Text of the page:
# sexagesimal

Roy Williams roy at cacr.caltech.edu
Sat Sep 16 15:44:24 PDT 2006

```On Sep 16, 2006, at 1:36 PM, Rob Seaman wrote:

> Hi Roy,
>
>> it takes hundreds of lines of code to understand something like 5h:
>> 23m,35d:12m:23".23 and all its tortured friends.
>
> Well, yeah, but I don't see how your proposal is going to avoid the
> need for for translators when importing non-IVOA data.

I believe that the IVOA should Recommend something. Not a requirement.
>
>> My suggestion is to say that the IVOA understands a sexagesimal
>> position if and only if it fits the definition as "six numbers
>> separated by non-numbers". It is a very simple defintion and yet
>> accepts almost all the formats that are used.
>
> Surely what you're describing are two sexagesimal numbers?

Yes. Lets try to be a bit precise. We define a Sexg to be a
representation of an angle. The number of "hours or degrees" is the
integer hds. It includes a conversion factor from hds to degrees.
There is a converter degreesPerHds which is 15 or 1 for hours or
degrees. A Sexg is equivalent to a data structure:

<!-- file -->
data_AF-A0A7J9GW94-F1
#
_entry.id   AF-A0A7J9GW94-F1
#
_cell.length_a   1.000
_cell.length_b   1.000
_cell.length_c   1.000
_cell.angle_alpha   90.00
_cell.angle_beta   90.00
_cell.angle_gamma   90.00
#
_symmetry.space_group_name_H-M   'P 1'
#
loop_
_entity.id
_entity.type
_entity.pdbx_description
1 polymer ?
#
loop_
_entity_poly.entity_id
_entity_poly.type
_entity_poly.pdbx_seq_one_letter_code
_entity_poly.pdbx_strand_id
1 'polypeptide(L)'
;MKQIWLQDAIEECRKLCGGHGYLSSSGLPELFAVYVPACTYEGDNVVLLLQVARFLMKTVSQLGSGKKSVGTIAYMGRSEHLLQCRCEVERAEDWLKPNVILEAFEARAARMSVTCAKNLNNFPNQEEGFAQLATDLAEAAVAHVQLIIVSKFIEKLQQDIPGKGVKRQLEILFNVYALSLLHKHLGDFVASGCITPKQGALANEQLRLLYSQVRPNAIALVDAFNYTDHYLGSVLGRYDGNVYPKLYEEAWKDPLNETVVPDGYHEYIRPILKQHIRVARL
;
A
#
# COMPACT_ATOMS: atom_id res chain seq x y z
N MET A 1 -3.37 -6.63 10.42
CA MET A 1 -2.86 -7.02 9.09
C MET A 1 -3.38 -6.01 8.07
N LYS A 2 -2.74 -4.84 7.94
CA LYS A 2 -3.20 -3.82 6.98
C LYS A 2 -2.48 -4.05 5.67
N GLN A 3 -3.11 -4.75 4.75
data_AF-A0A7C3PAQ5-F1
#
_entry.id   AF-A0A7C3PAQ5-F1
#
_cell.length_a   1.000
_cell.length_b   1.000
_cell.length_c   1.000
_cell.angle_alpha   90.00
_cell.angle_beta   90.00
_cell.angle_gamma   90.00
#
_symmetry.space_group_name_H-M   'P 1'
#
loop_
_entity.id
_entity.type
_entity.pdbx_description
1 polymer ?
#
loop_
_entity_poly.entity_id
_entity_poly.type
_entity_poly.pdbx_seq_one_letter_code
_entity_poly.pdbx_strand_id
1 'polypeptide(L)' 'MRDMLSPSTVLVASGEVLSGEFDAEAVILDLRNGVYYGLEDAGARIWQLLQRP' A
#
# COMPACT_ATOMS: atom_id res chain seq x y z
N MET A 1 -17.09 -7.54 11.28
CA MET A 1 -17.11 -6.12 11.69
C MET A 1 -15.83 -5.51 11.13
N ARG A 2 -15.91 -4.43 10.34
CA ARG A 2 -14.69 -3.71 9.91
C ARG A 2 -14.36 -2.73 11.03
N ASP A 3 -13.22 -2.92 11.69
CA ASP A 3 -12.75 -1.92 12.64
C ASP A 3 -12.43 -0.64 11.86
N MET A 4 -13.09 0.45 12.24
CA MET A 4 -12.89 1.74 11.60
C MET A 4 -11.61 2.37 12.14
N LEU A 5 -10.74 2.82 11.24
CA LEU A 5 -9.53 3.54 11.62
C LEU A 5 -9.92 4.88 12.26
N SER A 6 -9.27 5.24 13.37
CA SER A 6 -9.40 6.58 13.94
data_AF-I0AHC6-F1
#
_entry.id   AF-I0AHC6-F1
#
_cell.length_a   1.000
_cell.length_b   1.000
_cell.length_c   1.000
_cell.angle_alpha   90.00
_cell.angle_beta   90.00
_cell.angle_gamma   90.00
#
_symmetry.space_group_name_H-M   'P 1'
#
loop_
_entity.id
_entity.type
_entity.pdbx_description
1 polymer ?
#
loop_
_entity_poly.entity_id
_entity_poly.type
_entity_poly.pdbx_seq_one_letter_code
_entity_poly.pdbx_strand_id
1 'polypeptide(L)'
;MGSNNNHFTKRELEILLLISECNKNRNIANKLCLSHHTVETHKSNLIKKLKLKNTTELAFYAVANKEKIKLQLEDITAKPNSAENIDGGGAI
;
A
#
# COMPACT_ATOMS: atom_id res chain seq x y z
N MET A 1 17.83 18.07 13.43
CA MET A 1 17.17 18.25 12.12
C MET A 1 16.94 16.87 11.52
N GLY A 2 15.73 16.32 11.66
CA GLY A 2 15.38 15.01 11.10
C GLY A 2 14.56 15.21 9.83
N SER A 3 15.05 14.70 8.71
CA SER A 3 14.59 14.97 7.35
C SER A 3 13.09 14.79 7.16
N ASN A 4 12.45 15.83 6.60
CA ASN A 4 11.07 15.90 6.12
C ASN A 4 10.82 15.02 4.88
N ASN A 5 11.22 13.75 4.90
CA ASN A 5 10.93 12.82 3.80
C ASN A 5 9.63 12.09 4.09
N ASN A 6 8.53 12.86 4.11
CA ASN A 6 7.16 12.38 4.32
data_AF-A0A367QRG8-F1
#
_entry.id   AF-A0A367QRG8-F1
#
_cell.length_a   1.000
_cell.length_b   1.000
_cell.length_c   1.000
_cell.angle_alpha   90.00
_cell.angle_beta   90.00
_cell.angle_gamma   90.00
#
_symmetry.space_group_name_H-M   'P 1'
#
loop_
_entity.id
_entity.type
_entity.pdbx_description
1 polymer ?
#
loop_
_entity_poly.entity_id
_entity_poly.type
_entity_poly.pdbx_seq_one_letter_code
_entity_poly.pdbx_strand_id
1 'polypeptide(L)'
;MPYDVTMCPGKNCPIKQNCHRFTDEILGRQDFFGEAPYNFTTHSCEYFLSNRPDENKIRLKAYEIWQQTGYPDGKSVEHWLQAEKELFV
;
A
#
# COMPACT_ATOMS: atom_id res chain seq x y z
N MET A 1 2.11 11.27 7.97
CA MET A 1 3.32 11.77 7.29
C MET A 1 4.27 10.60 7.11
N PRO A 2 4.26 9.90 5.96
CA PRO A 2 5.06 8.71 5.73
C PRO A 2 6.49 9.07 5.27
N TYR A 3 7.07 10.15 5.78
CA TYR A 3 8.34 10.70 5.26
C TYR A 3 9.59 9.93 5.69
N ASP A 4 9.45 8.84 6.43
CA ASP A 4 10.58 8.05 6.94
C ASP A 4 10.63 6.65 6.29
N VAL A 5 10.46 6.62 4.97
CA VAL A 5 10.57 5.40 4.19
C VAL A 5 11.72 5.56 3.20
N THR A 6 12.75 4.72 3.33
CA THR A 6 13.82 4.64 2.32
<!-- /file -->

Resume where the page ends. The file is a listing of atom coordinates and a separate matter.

struct Sexg {
int hds;
int minutes;
float seconds;
float degreesPerHds;
}
It is represented as a sequence of numbers separated by strings of
non-digits. Note that there is a strange conversion to degrees
because the sign of hds is carried to the minutes and seconds fields.
Note also that -5hours 30minutes 00seconds becomes -5.5 hours.

The sky position object is then
struct skyPosition {
Sexg longitude;  // will be shifted to be >=0 and <360
Sexg latitude;     // illegal if <-90 or >90
}

>
>> an IVOA sexagesimal position must consist of the numbers RAh, RAm,
>> RAs, Decd, Decm, Decs, and there can be arbitrary "non-number"
>> characters separating them.
>
> Well, there's nothing about sexagesimal formats that implies the
> specification of equatorial - or even spherical - coordinates, just
> base-60.  Other than that, for reading a pair of coordinates, your
> heuristic is serviceable.
>
> For writing sexigesimal numbers, there's no reason not to be more
> specific - IVOA can require colon separators and zero-filled, two
> digit fields.  (Omit leading zeros.)

I am afraid that this will block us from the Recommendation. Nothing
more unseemly than academics fighting over their colons. That is why
I propose to very liberal by allowing anything separated by "non-
digit" characters. Writers have freedom and reading is easy. The only
real constraint is that both minutes and seconds MUST be provided.

> The final field of any specification can be a floating point of
> whatever precision.  Not all sexigesimal values have three fields,
> many have two fields, hh:mm.mmm, for instance.  In IRAF, such a
> number is recognized as simply another floating point format.

We can allow the minutes to be float, but ask IRAF to add seconds:
hh:mm.mmm:00.
There could be a translation in the XML to add the :00.

Roy

California Institute of Technology
626 395 3670

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